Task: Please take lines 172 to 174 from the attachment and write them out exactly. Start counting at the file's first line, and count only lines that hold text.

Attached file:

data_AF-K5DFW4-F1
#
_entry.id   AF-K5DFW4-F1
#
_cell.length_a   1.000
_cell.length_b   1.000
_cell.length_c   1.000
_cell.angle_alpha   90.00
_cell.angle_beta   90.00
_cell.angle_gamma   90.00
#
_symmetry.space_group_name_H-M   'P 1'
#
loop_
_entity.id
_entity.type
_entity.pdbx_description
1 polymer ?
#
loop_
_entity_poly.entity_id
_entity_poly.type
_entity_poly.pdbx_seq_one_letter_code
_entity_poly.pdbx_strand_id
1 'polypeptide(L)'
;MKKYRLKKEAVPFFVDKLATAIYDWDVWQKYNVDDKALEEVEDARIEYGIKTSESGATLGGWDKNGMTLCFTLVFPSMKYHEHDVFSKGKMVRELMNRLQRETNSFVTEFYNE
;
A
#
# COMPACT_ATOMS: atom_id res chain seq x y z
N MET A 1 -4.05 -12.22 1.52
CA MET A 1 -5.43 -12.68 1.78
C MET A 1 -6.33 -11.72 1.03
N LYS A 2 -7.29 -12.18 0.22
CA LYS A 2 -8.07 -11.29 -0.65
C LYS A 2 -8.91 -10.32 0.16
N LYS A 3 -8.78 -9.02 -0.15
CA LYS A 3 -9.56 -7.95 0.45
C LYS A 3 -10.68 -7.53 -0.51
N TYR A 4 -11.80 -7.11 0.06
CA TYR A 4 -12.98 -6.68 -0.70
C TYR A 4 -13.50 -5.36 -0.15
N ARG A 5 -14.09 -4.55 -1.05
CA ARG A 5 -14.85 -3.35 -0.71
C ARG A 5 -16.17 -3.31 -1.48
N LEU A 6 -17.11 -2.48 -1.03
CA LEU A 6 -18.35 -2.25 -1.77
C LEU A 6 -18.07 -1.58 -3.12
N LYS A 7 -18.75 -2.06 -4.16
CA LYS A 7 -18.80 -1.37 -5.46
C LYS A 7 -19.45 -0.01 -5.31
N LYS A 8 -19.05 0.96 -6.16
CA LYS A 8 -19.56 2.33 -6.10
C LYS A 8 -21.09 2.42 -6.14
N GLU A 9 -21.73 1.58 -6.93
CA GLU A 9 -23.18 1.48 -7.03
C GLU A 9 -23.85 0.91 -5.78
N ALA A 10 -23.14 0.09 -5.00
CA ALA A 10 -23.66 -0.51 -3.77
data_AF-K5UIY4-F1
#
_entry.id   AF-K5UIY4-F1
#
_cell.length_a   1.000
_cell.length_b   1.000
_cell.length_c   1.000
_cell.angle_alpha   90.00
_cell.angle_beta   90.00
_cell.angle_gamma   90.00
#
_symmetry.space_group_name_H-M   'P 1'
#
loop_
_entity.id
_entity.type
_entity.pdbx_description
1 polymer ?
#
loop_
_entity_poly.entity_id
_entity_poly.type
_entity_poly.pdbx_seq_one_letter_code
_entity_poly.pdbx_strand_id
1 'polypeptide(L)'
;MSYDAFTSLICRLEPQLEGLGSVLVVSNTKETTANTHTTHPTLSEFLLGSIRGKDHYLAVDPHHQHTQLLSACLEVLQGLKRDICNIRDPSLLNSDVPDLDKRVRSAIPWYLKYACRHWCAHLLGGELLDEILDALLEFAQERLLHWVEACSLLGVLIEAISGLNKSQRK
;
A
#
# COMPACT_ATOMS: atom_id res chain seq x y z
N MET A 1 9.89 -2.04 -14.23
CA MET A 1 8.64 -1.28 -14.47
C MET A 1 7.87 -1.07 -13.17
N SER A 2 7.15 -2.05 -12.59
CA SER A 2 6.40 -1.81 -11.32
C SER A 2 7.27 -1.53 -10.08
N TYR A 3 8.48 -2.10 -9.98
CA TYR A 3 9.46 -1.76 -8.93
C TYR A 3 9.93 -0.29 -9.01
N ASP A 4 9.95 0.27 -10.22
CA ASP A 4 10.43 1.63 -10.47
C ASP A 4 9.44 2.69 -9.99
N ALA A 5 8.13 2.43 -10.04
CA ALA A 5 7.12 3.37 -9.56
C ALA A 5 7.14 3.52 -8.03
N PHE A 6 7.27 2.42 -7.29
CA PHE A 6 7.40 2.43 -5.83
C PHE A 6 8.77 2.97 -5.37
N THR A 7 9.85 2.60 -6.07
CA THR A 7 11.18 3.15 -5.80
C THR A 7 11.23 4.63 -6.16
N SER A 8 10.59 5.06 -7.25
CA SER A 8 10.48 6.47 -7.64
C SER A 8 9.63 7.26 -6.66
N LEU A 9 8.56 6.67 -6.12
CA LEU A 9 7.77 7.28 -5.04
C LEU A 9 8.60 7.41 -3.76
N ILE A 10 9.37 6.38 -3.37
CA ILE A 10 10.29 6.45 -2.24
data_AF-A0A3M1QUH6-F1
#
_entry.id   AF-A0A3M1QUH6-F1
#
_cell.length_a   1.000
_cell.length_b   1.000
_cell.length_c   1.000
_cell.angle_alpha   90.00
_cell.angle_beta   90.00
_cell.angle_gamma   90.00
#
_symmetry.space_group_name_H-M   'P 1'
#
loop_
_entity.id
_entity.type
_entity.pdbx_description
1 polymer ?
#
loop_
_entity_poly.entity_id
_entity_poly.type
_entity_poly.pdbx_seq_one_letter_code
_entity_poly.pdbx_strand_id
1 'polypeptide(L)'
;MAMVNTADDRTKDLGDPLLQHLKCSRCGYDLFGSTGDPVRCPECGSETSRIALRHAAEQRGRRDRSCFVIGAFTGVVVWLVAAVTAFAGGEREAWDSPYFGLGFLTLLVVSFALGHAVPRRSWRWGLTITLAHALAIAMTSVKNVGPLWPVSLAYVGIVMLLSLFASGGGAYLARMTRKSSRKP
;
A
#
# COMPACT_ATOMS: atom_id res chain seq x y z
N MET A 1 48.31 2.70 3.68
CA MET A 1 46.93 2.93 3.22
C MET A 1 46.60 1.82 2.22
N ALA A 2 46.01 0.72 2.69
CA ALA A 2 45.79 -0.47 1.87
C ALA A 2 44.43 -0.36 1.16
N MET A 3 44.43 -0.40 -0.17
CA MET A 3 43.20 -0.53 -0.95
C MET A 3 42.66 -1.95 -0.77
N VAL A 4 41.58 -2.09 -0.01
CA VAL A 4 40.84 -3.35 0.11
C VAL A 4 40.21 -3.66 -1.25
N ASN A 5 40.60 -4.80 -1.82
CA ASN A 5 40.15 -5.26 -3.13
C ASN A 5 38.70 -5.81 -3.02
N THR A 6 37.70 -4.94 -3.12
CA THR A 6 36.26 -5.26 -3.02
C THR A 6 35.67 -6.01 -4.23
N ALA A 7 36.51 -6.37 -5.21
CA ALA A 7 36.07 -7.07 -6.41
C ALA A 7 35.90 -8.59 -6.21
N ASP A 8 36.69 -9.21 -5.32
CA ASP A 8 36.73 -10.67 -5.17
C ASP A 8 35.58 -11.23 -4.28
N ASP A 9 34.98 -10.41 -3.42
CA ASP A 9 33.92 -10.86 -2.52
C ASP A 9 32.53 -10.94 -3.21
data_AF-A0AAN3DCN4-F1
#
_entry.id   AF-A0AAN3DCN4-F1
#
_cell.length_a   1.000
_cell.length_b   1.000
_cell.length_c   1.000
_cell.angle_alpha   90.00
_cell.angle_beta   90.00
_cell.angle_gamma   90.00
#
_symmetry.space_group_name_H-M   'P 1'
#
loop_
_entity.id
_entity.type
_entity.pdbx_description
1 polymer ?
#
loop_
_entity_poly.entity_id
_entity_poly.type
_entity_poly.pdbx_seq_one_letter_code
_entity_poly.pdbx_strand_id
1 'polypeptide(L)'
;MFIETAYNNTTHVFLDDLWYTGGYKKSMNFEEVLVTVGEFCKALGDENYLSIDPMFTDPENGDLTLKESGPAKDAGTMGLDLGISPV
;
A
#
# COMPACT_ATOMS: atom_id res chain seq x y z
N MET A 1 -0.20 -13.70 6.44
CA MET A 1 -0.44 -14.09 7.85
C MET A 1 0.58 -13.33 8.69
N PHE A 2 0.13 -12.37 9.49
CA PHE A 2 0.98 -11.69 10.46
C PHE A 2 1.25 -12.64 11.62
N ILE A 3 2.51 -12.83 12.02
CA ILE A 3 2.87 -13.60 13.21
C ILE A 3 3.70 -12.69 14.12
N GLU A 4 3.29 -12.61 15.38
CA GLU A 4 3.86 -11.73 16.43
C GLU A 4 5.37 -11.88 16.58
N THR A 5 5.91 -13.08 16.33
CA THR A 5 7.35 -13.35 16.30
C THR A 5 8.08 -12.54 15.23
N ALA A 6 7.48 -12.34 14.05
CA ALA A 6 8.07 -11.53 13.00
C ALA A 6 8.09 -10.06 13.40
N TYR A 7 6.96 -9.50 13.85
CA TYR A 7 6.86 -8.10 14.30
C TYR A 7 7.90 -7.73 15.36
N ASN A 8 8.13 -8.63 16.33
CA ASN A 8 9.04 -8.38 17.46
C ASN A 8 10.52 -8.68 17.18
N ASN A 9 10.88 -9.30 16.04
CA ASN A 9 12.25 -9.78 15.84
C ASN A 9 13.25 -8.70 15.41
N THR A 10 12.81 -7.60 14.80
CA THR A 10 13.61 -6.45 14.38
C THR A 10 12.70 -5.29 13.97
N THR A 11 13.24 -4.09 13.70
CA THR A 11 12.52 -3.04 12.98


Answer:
C ASP A 8 35.58 -11.23 -4.28
N ASP A 9 34.98 -10.41 -3.42
CA ASP A 9 33.92 -10.86 -2.52